Non-governmental organizations (NGOs) stressed that they felt the report was in error in endorsing the idea of guardianship as it would infringe on the right to equal recognition before the law and impinge on the principle of informed consent.

Speaking in the discussion were Brazil, China, Pakistan on behalf of the Organization of the Islamic Conference, Indonesia on behalf of ASEAN, Uruguay, Saudi Arabia, Senegal on behalf of African Group, Egypt on behalf of the Arab Group, Peru, the Holy See, Argentina and Nepal

NGOs speaking in the panel were the Federation of Cuban Women and European Disability Forum

Remarks by Panellists

ANAND GROVER, Special Rapporteur on the right to health, noted that comments and interventions indicated the importance of a paradigm shift toward the right to health. There had been indications during the debate that some of the policies that had already been implemented could be followed elsewhere. It was important that all options available to improve the realization of the right to health of older people should be considered. Concerning the lack of resources, international cooperation was important; an example was the Global Fund. Concerning the claim that he had ignored the importance of informed concern, Mr. Grover noted that he had focused on the limited circumstances where the elderly person was unable to communicate his or her concerns. For him, as a lawyer and Special Rapporteur, the principle of informed concerned was fundamental. While some of the criticism to his report was unwarranted, Mr. Grover was pleased that these issues were being discussed.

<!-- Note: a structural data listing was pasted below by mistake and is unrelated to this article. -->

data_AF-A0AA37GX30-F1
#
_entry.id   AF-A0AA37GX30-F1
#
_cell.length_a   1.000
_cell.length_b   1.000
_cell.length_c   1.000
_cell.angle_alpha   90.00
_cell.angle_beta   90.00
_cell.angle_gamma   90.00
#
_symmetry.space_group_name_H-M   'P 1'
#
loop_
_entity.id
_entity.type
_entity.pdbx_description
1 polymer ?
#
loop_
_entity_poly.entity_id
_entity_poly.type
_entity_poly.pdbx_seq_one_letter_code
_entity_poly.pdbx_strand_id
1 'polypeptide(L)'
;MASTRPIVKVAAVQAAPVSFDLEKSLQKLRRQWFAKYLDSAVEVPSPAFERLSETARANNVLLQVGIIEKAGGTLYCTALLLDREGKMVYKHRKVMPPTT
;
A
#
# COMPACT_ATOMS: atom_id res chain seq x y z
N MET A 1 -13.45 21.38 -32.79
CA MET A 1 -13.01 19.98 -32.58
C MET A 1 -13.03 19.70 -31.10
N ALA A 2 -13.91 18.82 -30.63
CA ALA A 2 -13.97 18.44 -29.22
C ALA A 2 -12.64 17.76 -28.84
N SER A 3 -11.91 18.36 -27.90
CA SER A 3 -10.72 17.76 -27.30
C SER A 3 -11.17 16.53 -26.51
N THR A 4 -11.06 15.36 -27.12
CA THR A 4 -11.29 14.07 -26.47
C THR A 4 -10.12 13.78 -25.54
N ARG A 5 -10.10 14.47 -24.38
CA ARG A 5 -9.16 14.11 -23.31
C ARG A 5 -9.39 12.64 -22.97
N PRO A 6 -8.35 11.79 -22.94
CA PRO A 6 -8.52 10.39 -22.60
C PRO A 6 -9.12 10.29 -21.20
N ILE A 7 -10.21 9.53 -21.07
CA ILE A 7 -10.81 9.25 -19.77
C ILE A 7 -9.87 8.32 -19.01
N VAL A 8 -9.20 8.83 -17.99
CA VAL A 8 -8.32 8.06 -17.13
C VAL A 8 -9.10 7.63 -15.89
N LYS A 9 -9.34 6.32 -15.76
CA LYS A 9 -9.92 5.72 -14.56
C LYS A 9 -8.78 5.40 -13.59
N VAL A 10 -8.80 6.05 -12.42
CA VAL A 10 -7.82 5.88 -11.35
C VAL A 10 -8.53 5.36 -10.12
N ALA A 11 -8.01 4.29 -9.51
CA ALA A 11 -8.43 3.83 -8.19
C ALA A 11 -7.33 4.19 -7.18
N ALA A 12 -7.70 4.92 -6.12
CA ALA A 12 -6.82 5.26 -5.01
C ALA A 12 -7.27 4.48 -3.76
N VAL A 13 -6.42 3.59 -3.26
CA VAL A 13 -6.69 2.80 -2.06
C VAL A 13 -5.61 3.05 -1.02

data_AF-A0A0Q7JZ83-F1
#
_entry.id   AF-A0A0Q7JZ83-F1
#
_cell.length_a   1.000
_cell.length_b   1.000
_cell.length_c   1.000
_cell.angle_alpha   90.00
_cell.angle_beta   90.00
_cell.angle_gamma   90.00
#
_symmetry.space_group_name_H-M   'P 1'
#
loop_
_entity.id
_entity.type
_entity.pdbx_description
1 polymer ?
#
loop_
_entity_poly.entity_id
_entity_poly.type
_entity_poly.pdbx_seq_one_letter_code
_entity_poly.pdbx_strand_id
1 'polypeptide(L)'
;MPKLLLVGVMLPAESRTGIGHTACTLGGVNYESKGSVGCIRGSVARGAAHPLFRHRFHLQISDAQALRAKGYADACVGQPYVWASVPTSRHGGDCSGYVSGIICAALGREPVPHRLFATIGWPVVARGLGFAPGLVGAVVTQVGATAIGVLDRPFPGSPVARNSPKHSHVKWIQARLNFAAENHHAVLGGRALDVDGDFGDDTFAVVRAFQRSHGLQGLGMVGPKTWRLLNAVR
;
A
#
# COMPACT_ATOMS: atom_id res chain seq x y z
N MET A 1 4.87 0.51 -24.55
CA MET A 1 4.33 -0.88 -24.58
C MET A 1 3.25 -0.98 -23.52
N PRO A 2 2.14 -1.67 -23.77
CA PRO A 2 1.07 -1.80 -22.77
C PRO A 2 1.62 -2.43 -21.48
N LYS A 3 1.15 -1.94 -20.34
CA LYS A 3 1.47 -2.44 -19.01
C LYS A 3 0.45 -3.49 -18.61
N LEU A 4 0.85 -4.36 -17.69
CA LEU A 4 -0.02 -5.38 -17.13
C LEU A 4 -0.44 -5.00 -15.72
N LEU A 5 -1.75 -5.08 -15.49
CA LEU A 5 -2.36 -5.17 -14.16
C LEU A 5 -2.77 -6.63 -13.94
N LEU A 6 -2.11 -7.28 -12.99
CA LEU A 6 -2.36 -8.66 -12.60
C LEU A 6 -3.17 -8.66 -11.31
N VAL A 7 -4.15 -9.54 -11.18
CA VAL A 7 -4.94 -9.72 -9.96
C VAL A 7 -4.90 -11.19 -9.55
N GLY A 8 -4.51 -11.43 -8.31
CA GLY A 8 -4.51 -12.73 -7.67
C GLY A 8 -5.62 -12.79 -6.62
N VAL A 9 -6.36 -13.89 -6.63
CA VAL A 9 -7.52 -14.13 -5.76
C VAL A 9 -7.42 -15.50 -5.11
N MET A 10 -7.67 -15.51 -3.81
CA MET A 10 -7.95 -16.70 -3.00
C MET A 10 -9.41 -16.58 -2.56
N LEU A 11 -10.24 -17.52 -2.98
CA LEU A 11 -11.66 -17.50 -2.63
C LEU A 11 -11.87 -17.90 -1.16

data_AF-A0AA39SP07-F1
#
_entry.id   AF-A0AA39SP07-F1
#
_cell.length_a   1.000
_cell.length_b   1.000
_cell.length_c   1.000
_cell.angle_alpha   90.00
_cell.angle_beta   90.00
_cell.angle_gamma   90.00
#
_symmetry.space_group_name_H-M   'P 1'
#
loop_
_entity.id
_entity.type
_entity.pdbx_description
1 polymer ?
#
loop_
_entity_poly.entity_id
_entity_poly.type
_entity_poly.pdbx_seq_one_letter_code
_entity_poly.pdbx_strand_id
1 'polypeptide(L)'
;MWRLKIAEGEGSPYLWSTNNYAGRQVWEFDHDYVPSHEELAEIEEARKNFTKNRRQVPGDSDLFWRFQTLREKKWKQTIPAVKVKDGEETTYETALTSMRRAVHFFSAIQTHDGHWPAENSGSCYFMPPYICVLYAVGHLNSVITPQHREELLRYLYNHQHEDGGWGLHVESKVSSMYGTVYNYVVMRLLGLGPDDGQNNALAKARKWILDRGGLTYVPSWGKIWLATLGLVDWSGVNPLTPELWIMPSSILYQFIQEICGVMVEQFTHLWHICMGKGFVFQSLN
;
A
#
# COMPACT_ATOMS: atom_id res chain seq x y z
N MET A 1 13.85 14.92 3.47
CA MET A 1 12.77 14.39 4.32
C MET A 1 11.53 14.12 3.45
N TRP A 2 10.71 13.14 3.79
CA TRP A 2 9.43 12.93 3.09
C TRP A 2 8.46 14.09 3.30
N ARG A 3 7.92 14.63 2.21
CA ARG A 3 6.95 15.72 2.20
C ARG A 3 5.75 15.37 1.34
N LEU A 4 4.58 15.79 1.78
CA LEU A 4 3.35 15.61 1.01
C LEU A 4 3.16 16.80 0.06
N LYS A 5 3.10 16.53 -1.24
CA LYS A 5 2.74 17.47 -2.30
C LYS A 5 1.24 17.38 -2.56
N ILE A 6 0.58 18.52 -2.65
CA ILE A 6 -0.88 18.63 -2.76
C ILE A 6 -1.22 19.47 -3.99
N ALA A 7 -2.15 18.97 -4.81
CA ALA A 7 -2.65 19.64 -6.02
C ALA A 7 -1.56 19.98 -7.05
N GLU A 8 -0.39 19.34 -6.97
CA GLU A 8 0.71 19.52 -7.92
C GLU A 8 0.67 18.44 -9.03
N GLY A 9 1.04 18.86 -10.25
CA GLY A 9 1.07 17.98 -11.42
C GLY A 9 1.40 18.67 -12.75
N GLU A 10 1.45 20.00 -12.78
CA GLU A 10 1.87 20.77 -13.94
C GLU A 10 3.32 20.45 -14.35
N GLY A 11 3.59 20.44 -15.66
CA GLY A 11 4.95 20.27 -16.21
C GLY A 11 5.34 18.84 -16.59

CHINSUNG CHUNG, Member of the Advisory Committee of the Human Rights Council, said she agreed with the importance of the relationship between disability and aging. There was a responsibility of not only the State but also the family to care for an aging population. Ms. Chung said that a reconsideration of the gender perspective for older persons was critical and was pleased that many of the Member States and non-governmental organizations supported a human rights perspective to access to health services.